Fertilizer Shelf Life

Asked April 21, 2017, 8:33 AM EDT

Does fertilizer have a shelf life? Specifically; I have individual bags of nitrogen, phosphorous, & potassium. They are somewhere between 20-30 years old. They have been kept dry. Can I use them? Another question if you don't mind; the last two years our garden has produced apparently healthy plants but without any produce to speak of. Do you think the recommendations will correct this or do I have another potential problem? Thank you for your consideration

Wayne County Michigan fertilizer

5 Responses

If stored properly (cool and dry) fertilizers can have an indefinite shelf life. However, I would recommend contacting the manufacturer of the fertilizers and ask them. If you had a soil test done, the recommendations will correct soil deficiencies. If not, I recommend obtaining one: www.msusoiltest.com The other factors that can affect vegetable production are disease and insect problems, temperature, moisture and pesticide use. Here is some additional information on vegetable gardening:
http://msue.anr.msu.edu/topic/info/vegetable_gardening

Thank you for the quick response and information. I did have a soil test done....sorry, I thought you probably had access to it. Problems are low potassium (85 ppm) and high magnesium (196 ppm). Soil PH is 7.4.
Any further thoughts?

Send me your 6 digit code and I'll review your soil test for further recommendations. Thanks.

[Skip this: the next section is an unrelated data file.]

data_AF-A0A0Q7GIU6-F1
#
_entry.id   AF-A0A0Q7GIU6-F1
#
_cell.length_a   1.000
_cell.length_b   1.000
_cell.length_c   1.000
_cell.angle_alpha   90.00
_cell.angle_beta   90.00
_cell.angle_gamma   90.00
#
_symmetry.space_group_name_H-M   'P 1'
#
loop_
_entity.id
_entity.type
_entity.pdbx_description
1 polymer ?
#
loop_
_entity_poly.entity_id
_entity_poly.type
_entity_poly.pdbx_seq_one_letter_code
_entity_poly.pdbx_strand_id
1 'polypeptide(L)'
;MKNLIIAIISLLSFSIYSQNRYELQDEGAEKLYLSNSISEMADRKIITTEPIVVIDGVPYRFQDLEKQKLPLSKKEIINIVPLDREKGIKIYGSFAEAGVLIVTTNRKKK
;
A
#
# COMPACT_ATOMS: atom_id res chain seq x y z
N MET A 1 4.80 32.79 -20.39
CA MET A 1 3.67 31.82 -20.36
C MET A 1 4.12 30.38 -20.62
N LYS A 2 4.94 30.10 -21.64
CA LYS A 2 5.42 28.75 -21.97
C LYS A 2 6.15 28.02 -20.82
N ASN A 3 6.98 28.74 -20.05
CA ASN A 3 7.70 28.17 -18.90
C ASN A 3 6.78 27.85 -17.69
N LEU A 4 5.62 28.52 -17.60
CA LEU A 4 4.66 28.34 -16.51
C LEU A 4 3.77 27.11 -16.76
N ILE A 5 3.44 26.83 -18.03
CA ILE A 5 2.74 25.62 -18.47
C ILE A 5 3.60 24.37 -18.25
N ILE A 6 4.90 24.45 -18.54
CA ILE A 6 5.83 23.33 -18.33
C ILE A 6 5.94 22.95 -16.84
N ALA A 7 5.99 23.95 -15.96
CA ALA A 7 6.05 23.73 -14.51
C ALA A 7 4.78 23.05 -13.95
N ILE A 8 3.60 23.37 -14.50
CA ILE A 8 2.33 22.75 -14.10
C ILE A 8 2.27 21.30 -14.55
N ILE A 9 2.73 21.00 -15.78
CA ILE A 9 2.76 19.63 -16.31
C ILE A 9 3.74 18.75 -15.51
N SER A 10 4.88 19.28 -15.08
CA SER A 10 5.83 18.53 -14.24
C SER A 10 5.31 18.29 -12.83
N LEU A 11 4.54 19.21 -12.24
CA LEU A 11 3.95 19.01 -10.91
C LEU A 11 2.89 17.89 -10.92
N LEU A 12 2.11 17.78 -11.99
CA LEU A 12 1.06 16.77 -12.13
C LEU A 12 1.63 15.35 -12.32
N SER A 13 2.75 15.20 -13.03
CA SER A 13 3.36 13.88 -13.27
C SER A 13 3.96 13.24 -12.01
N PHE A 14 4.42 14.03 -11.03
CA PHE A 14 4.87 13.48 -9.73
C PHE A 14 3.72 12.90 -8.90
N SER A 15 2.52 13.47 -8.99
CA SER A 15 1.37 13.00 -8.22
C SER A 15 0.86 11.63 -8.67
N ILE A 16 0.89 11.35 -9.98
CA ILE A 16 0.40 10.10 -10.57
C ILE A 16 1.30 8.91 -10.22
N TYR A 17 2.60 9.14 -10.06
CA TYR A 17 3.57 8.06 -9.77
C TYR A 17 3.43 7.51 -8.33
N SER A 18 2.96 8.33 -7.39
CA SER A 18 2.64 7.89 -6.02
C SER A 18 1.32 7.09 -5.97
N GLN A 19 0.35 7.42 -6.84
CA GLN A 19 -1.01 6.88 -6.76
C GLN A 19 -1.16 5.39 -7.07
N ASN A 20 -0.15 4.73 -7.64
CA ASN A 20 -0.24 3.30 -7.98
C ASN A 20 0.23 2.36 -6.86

E7ZFAF

The recommendation for your garden is 3-4 lbs of nitrogen, 2 pounds of phosphate, and 4.6 pounds of potassium/1000 sq. ft. Complete fertilizers have all three nutrients in varying concentrations. Since fertilizers never have 100% of the nutrient, calculations are necessary to determine the amount to use. The easiest thing to do is to use a fertilizer that comes close to ratios you need which is spelled out in Option 1, 2, and 3 in your soil test. You mentioned you had individual fertilizers. To determine how much of each you need divide the yearly recommendations by the concentration on the label. For example:

A source of nitrogen only that is commonly sold is urea which is 46-0-0 which means that it is 46% nitrogen. To determine the amount of nitrogen you need: 4 lbs (N) รท .46 (concentration) = 9 (8.7) pounds of urea/1000 sq. ft. per year. Two thirds (6 lbs) are applied before planting and one third as a side dressing in June. Using this formula you can determine the amounts needed for phosphorous and potassium. The phosphorous and potassium can be added all at once before planting.

Your pH is a on the high side for vegetables. They prefer a pH of around 6.5. I would incorporate about 5 lbs of sulfur/1000 sq.ft. before planting for 3 years Refer to the fact sheet available in your soil test report.

Your organic matter is 4.8% (average 4-9%). I would add organic matter (compost, manure) it bump it up little.

Follow the recommendations for 3 years and then repeat the soil test.

Soil is 1/3 of the puzzle. Make sure the garden gets adequate moisture and that it is planted in full sun. Mulching is also very beneficial.